Back to News & Commentary

Update from Habeas: Springfield, IL

Gabe Rottman,
Legislative Counsel,
ACLU Washington Legislative Office
Share This Page
March 10, 2007

It was bad news for the whole country when Habeas disappeared – and things won’t be right until he’s back where he belongs, protecting every single person threatened with unlawful detention or imprisonment.Still, we were relieved, and a little surprised, when we started getting letters and emails that seem to be from Habeas. It helped remind us that he’s out there somewhere, and that we will find him. To My Friends:I don’t know what I expected to find revisiting my past, but when I realized I was heading for Abe Lincoln’s house, it made a kind of sense.Honestly, things have been a bit of a blur since late October, when Congress made it clear that I wasn’t welcome in Washington I remember the chill in the air. Then the long walk down the Mall. Maybe people noticed me, maybe they didn’t. I felt almost invisible.The next few days, I moved from town to town. On Halloween some tourists in Philadelphia handed me pieces of candy. One girl asked “Are you a Martian?” Someone else thought I was the “Nowhere Man,” from the Beatles’ “Yellow Submarine” movie. I called after them “This isn’t a costume! I’m me! I’m Habeas!”But I don’t think they heard. I have to tell you, every day since October 17 has felt a little bit like Halloween. And some days I really do feel like an alien.Maybe that was the feeling that drew me back to my past, back to Lincoln. Maybe I thought there’d be answers here.President Lincoln’s Civil War suspension of habeas corpus made it legal to arrest and try Northern civilians who were against the war. He argued that “that ordinary courts of justice are inadequate to cases of rebellion.”I know he was wrong to suspend my writ. I tried to see him that awful spring, it was April then, too, actually. But he was always surrounded by generals – and he wouldn’t see me.Few scholars would tell you that Lincoln’s suspension was constitutional. History will show that President Bush’s isn’t either. But like it did in Lincoln’s day, Congress went ahead this time too—letting their fear get in the way of our laws, and our beliefs.Standing on Lincoln’s lawn, I recalled his quote “Those who deny freedom to others, deserve it not for themselves.”For such a brilliant man, he had some conflicting ideas. We can’t deny people their freedoms, not now, not next year, not ten years from now. That just isn’t the American way—and it shouldn’t have been Lincoln’s or Bush’s either.Most of all, it shouldn’t be our way. The people want their leaders to stand up and defend freedom, especially for those who can’t defend themselves.I know it’s true. I’m sure of it. My head is clearer now than it was in the first shock of October. I’ll keep looking for answers.And I’ll stay in touch.Habeas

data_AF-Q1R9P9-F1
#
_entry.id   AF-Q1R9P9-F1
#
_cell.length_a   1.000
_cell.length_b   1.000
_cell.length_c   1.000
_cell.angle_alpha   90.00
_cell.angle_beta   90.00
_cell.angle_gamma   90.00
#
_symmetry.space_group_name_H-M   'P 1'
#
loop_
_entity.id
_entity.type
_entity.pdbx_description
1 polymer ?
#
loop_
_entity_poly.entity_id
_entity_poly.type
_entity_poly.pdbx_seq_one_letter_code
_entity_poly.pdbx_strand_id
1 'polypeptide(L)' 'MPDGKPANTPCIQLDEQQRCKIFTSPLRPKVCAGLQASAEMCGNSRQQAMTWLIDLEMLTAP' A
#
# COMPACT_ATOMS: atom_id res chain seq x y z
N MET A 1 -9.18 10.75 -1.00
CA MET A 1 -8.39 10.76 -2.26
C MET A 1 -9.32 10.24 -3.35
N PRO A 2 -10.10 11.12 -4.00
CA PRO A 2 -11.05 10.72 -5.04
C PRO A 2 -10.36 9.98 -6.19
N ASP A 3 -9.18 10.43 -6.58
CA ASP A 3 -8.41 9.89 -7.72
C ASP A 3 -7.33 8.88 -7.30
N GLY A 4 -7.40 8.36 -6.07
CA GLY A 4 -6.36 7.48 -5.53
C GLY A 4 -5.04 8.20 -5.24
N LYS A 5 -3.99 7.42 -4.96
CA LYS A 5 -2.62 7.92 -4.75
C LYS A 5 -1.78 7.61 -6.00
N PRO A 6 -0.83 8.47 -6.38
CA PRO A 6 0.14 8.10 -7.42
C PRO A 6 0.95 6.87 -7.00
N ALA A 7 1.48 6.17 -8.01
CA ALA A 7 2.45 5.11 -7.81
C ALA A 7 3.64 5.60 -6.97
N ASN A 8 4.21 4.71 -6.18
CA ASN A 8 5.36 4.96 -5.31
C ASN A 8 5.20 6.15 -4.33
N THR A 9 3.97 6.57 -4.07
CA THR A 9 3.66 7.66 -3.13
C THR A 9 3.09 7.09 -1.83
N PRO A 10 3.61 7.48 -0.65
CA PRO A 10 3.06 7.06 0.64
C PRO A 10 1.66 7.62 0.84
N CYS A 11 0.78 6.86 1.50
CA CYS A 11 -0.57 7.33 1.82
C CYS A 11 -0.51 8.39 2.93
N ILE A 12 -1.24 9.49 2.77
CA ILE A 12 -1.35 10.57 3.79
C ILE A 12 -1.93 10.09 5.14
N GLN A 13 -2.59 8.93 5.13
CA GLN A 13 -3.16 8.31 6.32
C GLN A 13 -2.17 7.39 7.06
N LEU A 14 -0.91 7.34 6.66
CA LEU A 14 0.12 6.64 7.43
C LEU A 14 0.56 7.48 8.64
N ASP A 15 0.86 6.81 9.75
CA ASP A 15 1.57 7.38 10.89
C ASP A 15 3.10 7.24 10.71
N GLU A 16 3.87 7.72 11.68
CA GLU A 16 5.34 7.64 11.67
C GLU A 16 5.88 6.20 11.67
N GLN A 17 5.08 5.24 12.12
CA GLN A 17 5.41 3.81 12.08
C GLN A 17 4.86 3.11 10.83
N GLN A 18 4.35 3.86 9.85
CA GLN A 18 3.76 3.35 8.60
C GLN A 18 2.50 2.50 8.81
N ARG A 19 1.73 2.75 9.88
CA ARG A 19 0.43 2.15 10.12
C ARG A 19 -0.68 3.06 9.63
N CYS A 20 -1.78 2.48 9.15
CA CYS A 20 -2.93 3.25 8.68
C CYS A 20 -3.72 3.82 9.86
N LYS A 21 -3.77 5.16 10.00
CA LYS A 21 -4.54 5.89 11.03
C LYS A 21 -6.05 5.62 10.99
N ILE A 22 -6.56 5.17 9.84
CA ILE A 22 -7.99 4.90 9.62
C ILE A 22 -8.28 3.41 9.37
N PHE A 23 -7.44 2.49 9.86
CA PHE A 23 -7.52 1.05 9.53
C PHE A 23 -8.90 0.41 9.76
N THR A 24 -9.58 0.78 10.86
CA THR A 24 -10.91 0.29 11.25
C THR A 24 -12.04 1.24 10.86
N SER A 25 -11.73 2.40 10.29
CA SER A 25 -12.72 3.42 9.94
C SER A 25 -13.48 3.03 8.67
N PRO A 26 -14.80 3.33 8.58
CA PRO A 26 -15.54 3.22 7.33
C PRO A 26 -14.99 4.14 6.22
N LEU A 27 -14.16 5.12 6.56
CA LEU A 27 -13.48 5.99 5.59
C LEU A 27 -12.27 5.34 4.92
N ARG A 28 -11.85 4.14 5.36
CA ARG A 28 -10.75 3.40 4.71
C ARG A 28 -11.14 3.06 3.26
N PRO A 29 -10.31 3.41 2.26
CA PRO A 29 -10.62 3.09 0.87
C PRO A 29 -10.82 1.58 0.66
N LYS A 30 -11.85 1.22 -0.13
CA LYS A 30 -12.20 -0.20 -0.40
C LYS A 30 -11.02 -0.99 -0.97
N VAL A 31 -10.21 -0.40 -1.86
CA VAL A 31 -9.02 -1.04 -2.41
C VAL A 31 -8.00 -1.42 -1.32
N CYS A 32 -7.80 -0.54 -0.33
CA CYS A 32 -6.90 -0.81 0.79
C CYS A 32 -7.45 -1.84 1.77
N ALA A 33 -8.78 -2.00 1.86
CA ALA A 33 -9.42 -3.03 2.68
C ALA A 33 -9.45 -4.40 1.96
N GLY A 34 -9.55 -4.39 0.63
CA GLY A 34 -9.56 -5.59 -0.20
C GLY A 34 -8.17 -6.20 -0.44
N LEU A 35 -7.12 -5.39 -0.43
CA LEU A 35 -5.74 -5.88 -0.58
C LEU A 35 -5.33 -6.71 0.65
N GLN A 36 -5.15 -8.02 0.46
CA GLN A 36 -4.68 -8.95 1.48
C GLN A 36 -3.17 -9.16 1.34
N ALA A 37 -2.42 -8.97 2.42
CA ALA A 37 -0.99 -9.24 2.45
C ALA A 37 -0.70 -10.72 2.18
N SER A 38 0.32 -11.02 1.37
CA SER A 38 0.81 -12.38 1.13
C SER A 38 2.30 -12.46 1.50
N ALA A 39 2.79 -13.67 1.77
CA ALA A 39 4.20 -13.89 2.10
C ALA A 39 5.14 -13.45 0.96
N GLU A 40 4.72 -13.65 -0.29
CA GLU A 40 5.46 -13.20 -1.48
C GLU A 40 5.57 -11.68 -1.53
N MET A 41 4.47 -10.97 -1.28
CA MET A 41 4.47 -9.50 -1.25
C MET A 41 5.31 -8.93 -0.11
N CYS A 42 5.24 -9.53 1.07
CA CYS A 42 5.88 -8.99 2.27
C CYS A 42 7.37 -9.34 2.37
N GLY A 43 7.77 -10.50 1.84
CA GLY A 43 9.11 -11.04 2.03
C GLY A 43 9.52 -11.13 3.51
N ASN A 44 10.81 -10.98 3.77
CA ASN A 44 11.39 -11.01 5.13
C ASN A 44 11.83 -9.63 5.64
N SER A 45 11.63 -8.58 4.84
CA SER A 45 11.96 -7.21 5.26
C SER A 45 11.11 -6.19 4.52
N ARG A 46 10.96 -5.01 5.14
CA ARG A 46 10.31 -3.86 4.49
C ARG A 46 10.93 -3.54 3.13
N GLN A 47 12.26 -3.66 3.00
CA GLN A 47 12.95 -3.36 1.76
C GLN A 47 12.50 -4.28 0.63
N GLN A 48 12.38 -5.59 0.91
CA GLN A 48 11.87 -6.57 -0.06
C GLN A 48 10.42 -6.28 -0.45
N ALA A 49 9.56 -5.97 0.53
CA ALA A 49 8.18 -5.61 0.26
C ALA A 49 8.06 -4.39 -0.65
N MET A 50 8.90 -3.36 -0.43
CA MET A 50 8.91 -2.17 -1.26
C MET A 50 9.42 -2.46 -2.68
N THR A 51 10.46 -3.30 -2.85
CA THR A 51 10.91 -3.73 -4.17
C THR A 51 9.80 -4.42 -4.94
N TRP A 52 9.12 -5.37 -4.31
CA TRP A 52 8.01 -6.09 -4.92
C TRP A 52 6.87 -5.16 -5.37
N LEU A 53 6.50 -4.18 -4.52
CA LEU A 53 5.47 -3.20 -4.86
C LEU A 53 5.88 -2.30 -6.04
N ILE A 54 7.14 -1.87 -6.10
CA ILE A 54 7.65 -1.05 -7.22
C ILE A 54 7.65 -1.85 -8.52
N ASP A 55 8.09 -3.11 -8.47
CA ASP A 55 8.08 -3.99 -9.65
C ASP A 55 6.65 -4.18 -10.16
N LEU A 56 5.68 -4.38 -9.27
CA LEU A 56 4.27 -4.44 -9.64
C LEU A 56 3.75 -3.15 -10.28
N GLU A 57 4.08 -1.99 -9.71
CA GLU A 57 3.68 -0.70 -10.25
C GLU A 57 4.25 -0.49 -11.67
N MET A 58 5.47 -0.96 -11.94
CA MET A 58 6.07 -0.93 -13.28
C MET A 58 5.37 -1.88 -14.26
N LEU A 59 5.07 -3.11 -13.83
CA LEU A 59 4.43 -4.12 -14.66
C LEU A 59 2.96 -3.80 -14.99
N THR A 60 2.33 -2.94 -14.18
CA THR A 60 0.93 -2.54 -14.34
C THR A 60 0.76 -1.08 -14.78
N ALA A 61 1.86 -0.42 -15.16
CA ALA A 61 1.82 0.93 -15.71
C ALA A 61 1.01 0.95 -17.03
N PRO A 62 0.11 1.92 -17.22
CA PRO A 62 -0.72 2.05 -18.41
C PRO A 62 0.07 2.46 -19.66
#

Learn More About the Issues on This Page